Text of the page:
Readers Photo Challenge: Birds of a feather

The latest Readers Photo Challenge assignment of “birds” has been a great success. Readers have taken to it like ducks take to the water.

The response to this assignment was tremendous, so much so that we may revisit this challenge again in the future. Twenty-four readers sent in 148 photos and there was nary a turkey among them. Well, that’s not exactly true. Joseph Moreno of Stockton did send in a nice shot of wild turkeys in Mokelumne Hill. All the photos entered can be seen in an online gallery at Recordnet.com. Here are some of the best examples sent in.

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In bird photos, as well as pictures of almost any kind of animal, you want some personality to show through without anthropomorphizing them. Mockingbirds can be fiercely territorial, attacking animals that are much bigger than themselves. I’ve even seen them dive bomb my dog in the backyard.

Tom LaBounty of Stockton, armed with a Canon EOS 7D Mk II and a 70-200mm lens with a 2X extender (making effectively a 400mm lens) photographed a mockingbird at the Woodbridge Ecological Reserve west of Lodi (many of the entries were shot there). He captured the bird’s bold unrelenting stare. Combined with its vigilant pose and puffed out chest it looks like that it’s ready to take on any foe and trespassers should be wary.

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Swans are celebrated in music and dance for their beauty and grace. Pete Silva of Jackson used an Olympus E-620 DSLR camera set to monochrome with a 70-300mm lens to photograph a pair of mute swans at the Camanche Lake South Shore recreation Area near Burson. His choice to shoot it in black and white helped to eliminate the distraction of color and emphasized the elegance and feeling of the scene.

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Dave Skinner of Stockton is an early riser and it served him well in the photos that he took for the challenge. He entered several images but the one I liked the best was a sunrise on Staten Island near Walnut Grove in the Delta. With a Nikon D7000 DSLR camera outfitted with a 55-300mm lens he photographed a small flock of sandhill cranes were shrouded in a foggy morning. A rising sun peeks through the mist, its orange glow imbues the entire scene with a beautiful golden warmth.

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Powerful and majestic, the bald eagle is an impressive symbol of our country. It’s no wonder that out forefathers picked it to represent us. Carolyn Silva of Jackson (wife of Pete Silva) used a Nikon D5500 DSLR camera with a Nikkor 55-200mm lens to capture the dignity and grandeur of a bald eagle soaring through the skies at the south shore of Camanche Lake near Burson.

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Kelley Jennings of Stockton used a Canon 7D DSLR camera with a 100-400mm lens to photograph cormorants on a light pole off of Woodbridge Road west of I-5 near Lodi. I like how the birds are just like a bunch of guys hanging out on the corner waiting for something to do. As with a candid group photo of people, it can be difficult to get all the birds’ faces in the shot. They’re often preening their feathers or twitching their heads about looking for potential predators. Jennings caught this group just right with their beaks pointed in several different directions to make for a more interesting photo.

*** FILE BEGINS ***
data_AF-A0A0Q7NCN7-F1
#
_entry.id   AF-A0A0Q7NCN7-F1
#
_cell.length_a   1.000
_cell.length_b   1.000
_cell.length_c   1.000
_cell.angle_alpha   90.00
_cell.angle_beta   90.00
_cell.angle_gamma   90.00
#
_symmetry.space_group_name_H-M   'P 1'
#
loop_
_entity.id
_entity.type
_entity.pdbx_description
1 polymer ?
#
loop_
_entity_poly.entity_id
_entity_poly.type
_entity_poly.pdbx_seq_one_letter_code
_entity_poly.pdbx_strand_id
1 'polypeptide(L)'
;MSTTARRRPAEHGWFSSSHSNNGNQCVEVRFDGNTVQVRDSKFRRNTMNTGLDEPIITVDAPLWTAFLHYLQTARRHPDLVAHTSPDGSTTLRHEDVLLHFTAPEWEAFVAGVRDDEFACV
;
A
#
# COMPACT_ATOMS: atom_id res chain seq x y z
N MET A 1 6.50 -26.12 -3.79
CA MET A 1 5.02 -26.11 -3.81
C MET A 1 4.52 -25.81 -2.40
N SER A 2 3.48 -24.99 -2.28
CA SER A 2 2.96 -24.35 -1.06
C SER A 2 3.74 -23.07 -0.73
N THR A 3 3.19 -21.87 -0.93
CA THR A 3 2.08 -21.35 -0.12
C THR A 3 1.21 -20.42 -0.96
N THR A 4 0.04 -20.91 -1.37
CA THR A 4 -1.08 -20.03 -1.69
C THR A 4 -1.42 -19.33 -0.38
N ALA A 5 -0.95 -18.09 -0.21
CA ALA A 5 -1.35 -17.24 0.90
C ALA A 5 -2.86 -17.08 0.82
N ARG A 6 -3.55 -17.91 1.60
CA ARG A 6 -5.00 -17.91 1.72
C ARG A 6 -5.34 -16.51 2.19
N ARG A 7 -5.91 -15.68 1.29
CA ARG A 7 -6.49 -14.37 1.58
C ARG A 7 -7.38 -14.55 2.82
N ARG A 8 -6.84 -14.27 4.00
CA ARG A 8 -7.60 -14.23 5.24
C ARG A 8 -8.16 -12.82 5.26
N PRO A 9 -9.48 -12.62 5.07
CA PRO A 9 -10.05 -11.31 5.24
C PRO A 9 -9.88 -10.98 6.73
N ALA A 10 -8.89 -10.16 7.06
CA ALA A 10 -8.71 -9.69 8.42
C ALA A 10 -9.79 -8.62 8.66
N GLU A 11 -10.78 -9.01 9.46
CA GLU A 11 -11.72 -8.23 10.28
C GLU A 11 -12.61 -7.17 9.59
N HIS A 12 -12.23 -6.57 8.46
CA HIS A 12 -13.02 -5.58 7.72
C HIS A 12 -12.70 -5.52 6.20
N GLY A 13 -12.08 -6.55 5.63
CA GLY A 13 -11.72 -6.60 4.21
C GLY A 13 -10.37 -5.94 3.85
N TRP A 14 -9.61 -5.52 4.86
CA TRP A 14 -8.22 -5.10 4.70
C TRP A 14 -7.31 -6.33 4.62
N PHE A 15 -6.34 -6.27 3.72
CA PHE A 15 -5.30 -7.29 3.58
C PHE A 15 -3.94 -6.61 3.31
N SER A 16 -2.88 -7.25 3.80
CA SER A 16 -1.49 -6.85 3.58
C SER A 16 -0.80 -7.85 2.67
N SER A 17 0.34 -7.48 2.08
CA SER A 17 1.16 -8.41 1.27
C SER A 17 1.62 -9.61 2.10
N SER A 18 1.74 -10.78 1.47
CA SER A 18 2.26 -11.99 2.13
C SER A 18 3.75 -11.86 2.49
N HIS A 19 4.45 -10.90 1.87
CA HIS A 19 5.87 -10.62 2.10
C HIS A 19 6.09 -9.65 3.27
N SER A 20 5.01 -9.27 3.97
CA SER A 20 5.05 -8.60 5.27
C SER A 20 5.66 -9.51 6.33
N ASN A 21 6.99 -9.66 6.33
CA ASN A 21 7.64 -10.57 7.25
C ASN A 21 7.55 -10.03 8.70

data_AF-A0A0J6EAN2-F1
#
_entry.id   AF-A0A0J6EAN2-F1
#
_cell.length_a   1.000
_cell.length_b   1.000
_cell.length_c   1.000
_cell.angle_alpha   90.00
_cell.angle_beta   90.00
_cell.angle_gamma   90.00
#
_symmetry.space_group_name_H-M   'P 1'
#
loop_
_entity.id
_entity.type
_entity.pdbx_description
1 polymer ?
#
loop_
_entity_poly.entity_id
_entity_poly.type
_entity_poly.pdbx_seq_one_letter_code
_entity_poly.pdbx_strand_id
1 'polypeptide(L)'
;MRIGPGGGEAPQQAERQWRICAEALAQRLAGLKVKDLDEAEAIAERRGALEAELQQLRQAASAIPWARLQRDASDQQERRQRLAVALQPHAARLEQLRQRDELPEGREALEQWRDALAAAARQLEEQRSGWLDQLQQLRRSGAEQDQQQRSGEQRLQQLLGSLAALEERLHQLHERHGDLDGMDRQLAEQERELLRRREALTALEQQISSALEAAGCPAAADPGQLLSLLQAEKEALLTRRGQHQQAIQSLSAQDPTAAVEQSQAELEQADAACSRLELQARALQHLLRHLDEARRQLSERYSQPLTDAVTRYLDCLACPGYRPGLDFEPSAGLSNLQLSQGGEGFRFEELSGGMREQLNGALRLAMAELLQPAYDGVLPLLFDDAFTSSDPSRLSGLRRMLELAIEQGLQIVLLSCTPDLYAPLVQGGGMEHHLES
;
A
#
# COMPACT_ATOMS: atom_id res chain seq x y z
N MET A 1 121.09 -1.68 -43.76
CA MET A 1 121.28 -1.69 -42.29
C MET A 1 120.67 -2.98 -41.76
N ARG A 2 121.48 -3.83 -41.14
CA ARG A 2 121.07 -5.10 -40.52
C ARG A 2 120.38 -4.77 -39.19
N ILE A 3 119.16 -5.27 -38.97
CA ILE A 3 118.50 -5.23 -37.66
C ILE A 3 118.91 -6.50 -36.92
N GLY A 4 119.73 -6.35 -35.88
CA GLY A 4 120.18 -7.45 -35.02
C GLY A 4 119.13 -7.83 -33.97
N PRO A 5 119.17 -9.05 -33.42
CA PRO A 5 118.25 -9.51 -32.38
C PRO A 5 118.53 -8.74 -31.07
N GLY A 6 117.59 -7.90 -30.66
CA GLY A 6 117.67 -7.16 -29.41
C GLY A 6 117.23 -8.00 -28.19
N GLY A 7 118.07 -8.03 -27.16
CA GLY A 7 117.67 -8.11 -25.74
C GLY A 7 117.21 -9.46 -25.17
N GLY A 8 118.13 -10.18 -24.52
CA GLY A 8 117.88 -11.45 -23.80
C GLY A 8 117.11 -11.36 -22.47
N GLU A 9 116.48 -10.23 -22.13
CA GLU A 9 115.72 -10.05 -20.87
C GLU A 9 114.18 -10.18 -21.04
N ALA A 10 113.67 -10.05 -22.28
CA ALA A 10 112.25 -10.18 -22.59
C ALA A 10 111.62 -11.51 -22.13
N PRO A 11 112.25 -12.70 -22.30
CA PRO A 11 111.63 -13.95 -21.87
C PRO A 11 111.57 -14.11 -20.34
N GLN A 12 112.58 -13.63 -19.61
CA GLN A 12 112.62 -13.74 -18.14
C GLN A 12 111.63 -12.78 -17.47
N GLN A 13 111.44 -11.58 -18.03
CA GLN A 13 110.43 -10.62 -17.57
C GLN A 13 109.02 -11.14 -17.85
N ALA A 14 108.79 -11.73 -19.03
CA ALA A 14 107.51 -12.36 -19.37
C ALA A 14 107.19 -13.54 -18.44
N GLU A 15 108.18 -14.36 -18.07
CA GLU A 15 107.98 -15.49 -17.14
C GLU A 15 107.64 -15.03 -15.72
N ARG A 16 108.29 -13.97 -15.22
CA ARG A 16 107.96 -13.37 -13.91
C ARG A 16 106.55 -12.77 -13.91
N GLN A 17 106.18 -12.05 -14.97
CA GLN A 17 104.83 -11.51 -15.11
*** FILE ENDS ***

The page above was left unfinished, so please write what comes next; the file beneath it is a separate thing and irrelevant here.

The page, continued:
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Sandhill cranes are elegant and graceful birds. Steve Nilssen of Lodi used a Nikon D7100 DSLR camera with a 80-400mm lens to photograph a sandhill crane at the Isenberg Sandhill Crane Reserve west of Lodi. His photo captures the beauty and gracefulness of a single bird as it stands in the tall grass of the reserve.

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Sometimes a bird can be just the right accent to the composition of a photo. Susan Scott of Stockton used a Canon Rebel DSLR camera to photograph a mockingbird at Oak Grove Regional Park in Stockton. A thin branch of a tree arcs gracefully at the top of the frame, while more branches from another tree spike up from the bottom of the picture. A mockingbird sits carefully at the to of the tree and provides just the right focal point to the image.

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Photographing a bird in flight can be a challenge. Steven Rapaport of Stockton used a Canon 70D DSLR camera with a 100-400mm lens to photograph red-tailed hawk along Highway 26 near Valley Springs. He caught the bird in flight just after it took off from a nearby utility pole. Although the bird’s face is hidden in its own shadow, you can make out it’s iconic silhouette.

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This challenge is skewed towards DSLR users. Most cellphones and point-and-shoot cameras have a hard time competing with the long telephoto lenses that the DSLRs can employ. Most of the photos were take with lenses in the 300-400m range. Neil Hayward of Modesto used point-and-shoot camera but didn’t take a back seat to anyone. He used a Nikon Coolpix P900 point and shoot camera to photograph egrets at the San Luis National Wildlife Refuge near Los Banos. The little compact camera is equipped with an 83x zoom which is the equivalent of a 24-2000mm lens on a full frame DSLR!

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